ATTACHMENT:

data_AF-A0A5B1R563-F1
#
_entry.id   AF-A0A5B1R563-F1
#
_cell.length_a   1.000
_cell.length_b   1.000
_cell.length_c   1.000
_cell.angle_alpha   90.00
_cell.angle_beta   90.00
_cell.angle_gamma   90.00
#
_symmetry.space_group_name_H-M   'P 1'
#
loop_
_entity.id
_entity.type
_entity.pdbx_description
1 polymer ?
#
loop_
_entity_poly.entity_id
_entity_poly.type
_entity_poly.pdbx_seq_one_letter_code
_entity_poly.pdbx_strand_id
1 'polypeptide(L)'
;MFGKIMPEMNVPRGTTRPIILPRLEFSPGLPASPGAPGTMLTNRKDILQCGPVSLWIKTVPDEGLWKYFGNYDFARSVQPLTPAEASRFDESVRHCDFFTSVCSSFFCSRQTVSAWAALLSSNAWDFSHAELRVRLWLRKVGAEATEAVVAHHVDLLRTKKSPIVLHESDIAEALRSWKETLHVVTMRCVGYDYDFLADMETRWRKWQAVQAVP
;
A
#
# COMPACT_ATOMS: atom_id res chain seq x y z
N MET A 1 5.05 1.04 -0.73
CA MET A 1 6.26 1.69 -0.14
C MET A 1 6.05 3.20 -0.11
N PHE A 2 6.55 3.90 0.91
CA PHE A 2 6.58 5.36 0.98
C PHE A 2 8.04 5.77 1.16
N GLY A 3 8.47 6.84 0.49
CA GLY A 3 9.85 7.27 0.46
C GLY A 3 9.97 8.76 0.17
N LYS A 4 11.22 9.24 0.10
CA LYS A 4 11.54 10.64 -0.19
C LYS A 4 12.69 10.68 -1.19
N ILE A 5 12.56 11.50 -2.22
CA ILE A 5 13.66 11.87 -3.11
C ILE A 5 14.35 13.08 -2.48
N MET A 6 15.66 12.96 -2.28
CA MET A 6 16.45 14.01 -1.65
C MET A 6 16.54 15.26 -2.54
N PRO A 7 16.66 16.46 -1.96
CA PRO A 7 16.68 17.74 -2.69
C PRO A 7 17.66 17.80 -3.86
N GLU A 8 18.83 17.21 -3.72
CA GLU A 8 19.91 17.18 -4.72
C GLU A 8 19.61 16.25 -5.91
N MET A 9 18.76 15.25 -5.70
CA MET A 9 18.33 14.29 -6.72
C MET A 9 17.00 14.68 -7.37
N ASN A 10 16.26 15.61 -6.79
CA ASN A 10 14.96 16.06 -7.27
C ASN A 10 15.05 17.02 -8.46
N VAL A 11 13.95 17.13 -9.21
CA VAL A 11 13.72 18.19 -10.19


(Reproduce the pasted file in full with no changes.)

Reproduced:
data_AF-A0A5B1R563-F1
#
_entry.id   AF-A0A5B1R563-F1
#
_cell.length_a   1.000
_cell.length_b   1.000
_cell.length_c   1.000
_cell.angle_alpha   90.00
_cell.angle_beta   90.00
_cell.angle_gamma   90.00
#
_symmetry.space_group_name_H-M   'P 1'
#
loop_
_entity.id
_entity.type
_entity.pdbx_description
1 polymer ?
#
loop_
_entity_poly.entity_id
_entity_poly.type
_entity_poly.pdbx_seq_one_letter_code
_entity_poly.pdbx_strand_id
1 'polypeptide(L)'
;MFGKIMPEMNVPRGTTRPIILPRLEFSPGLPASPGAPGTMLTNRKDILQCGPVSLWIKTVPDEGLWKYFGNYDFARSVQPLTPAEASRFDESVRHCDFFTSVCSSFFCSRQTVSAWAALLSSNAWDFSHAELRVRLWLRKVGAEATEAVVAHHVDLLRTKKSPIVLHESDIAEALRSWKETLHVVTMRCVGYDYDFLADMETRWRKWQAVQAVP
;
A
#
# COMPACT_ATOMS: atom_id res chain seq x y z
N MET A 1 5.05 1.04 -0.73
CA MET A 1 6.26 1.69 -0.14
C MET A 1 6.05 3.20 -0.11
N PHE A 2 6.55 3.90 0.91
CA PHE A 2 6.58 5.36 0.98
C PHE A 2 8.04 5.77 1.16
N GLY A 3 8.47 6.84 0.49
CA GLY A 3 9.85 7.27 0.46
C GLY A 3 9.97 8.76 0.17
N LYS A 4 11.22 9.24 0.10
CA LYS A 4 11.54 10.64 -0.19
C LYS A 4 12.69 10.68 -1.19
N ILE A 5 12.56 11.50 -2.22
CA ILE A 5 13.66 11.87 -3.11
C ILE A 5 14.35 13.08 -2.48
N MET A 6 15.66 12.96 -2.28
CA MET A 6 16.45 14.01 -1.65
C MET A 6 16.54 15.26 -2.54
N PRO A 7 16.66 16.46 -1.96
CA PRO A 7 16.68 17.74 -2.69
C PRO A 7 17.66 17.80 -3.86
N GLU A 8 18.83 17.21 -3.72
CA GLU A 8 19.91 17.18 -4.72
C GLU A 8 19.61 16.25 -5.91
N MET A 9 18.76 15.25 -5.70
CA MET A 9 18.33 14.29 -6.72
C MET A 9 17.00 14.68 -7.37
N ASN A 10 16.26 15.61 -6.79
CA ASN A 10 14.96 16.06 -7.27
C ASN A 10 15.05 17.02 -8.46
N VAL A 11 13.95 17.13 -9.21
CA VAL A 11 13.72 18.19 -10.19